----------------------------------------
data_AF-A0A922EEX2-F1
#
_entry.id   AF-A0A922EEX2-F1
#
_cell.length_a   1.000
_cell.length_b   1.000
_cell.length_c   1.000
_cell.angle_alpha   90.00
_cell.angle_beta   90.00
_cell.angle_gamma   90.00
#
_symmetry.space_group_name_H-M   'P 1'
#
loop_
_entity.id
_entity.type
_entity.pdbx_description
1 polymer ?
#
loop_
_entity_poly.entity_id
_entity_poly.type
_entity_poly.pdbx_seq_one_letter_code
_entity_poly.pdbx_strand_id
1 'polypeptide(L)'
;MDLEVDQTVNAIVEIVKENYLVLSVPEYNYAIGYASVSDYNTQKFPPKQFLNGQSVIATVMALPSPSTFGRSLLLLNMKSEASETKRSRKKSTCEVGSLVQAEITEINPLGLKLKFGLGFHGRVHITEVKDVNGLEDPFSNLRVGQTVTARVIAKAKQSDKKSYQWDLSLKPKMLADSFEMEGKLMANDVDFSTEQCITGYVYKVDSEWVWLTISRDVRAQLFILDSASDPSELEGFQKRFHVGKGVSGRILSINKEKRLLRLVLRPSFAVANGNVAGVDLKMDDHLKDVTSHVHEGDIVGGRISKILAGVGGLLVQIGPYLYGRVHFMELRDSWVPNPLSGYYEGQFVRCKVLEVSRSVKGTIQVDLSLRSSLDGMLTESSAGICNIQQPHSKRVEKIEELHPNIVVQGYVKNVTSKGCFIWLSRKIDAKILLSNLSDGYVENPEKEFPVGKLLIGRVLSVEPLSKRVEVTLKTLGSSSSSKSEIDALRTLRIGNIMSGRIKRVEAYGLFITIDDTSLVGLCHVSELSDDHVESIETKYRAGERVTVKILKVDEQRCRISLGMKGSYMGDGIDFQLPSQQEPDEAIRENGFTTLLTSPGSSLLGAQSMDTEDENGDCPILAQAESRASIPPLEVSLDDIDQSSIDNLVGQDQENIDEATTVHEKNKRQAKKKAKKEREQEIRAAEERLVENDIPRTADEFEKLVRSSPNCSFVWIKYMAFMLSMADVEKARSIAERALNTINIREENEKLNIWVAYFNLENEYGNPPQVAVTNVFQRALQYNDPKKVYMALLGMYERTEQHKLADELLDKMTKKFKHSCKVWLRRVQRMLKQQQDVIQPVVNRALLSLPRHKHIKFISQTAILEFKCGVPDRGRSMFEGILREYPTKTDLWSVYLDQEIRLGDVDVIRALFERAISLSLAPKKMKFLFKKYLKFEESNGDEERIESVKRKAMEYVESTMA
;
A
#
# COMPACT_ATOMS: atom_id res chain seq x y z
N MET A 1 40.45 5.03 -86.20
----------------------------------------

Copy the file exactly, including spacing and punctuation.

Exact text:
data_AF-A0A922EEX2-F1
#
_entry.id   AF-A0A922EEX2-F1
#
_cell.length_a   1.000
_cell.length_b   1.000
_cell.length_c   1.000
_cell.angle_alpha   90.00
_cell.angle_beta   90.00
_cell.angle_gamma   90.00
#
_symmetry.space_group_name_H-M   'P 1'
#
loop_
_entity.id
_entity.type
_entity.pdbx_description
1 polymer ?
#
loop_
_entity_poly.entity_id
_entity_poly.type
_entity_poly.pdbx_seq_one_letter_code
_entity_poly.pdbx_strand_id
1 'polypeptide(L)'
;MDLEVDQTVNAIVEIVKENYLVLSVPEYNYAIGYASVSDYNTQKFPPKQFLNGQSVIATVMALPSPSTFGRSLLLLNMKSEASETKRSRKKSTCEVGSLVQAEITEINPLGLKLKFGLGFHGRVHITEVKDVNGLEDPFSNLRVGQTVTARVIAKAKQSDKKSYQWDLSLKPKMLADSFEMEGKLMANDVDFSTEQCITGYVYKVDSEWVWLTISRDVRAQLFILDSASDPSELEGFQKRFHVGKGVSGRILSINKEKRLLRLVLRPSFAVANGNVAGVDLKMDDHLKDVTSHVHEGDIVGGRISKILAGVGGLLVQIGPYLYGRVHFMELRDSWVPNPLSGYYEGQFVRCKVLEVSRSVKGTIQVDLSLRSSLDGMLTESSAGICNIQQPHSKRVEKIEELHPNIVVQGYVKNVTSKGCFIWLSRKIDAKILLSNLSDGYVENPEKEFPVGKLLIGRVLSVEPLSKRVEVTLKTLGSSSSSKSEIDALRTLRIGNIMSGRIKRVEAYGLFITIDDTSLVGLCHVSELSDDHVESIETKYRAGERVTVKILKVDEQRCRISLGMKGSYMGDGIDFQLPSQQEPDEAIRENGFTTLLTSPGSSLLGAQSMDTEDENGDCPILAQAESRASIPPLEVSLDDIDQSSIDNLVGQDQENIDEATTVHEKNKRQAKKKAKKEREQEIRAAEERLVENDIPRTADEFEKLVRSSPNCSFVWIKYMAFMLSMADVEKARSIAERALNTINIREENEKLNIWVAYFNLENEYGNPPQVAVTNVFQRALQYNDPKKVYMALLGMYERTEQHKLADELLDKMTKKFKHSCKVWLRRVQRMLKQQQDVIQPVVNRALLSLPRHKHIKFISQTAILEFKCGVPDRGRSMFEGILREYPTKTDLWSVYLDQEIRLGDVDVIRALFERAISLSLAPKKMKFLFKKYLKFEESNGDEERIESVKRKAMEYVESTMA
;
A
#
# COMPACT_ATOMS: atom_id res chain seq x y z
N MET A 1 40.45 5.03 -86.20